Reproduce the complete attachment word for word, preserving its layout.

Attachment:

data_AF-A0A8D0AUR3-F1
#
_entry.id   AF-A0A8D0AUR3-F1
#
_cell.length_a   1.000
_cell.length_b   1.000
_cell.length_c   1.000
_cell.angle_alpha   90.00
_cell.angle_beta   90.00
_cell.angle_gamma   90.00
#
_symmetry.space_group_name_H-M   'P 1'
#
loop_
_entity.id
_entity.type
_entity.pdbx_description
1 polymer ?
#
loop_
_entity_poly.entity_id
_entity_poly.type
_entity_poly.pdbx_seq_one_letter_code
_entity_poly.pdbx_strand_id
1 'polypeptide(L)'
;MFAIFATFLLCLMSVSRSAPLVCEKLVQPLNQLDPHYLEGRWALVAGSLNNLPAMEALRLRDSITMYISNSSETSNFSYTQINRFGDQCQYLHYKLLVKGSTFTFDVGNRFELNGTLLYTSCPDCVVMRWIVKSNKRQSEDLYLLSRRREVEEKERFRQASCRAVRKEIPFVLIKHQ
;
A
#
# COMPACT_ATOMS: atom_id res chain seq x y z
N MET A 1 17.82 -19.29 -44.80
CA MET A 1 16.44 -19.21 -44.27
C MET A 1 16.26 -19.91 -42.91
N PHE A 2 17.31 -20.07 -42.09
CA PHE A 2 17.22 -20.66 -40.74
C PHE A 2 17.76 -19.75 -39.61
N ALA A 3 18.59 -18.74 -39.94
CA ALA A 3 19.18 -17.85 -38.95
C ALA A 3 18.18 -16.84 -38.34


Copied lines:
data_AF-A0A8D0AUR3-F1
#
_entry.id   AF-A0A8D0AUR3-F1
#
_cell.length_a   1.000
_cell.length_b   1.000
_cell.length_c   1.000
_cell.angle_alpha   90.00
_cell.angle_beta   90.00
_cell.angle_gamma   90.00
#
_symmetry.space_group_name_H-M   'P 1'
#
loop_
_entity.id
_entity.type
_entity.pdbx_description
1 polymer ?
#
loop_
_entity_poly.entity_id
_entity_poly.type
_entity_poly.pdbx_seq_one_letter_code
_entity_poly.pdbx_strand_id
1 'polypeptide(L)'
;MFAIFATFLLCLMSVSRSAPLVCEKLVQPLNQLDPHYLEGRWALVAGSLNNLPAMEALRLRDSITMYISNSSETSNFSYTQINRFGDQCQYLHYKLLVKGSTFTFDVGNRFELNGTLLYTSCPDCVVMRWIVKSNKRQSEDLYLLSRRREVEEKERFRQASCRAVRKEIPFVLIKHQ
;
A
#
# COMPACT_ATOMS: atom_id res chain seq x y z
N MET A 1 17.82 -19.29 -44.80
CA MET A 1 16.44 -19.21 -44.27
C MET A 1 16.26 -19.91 -42.91
N PHE A 2 17.31 -20.07 -42.09
CA PHE A 2 17.22 -20.66 -40.74
C PHE A 2 17.76 -19.75 -39.61
N ALA A 3 18.59 -18.74 -39.94
CA ALA A 3 19.18 -17.85 -38.95
C ALA A 3 18.18 -16.84 -38.34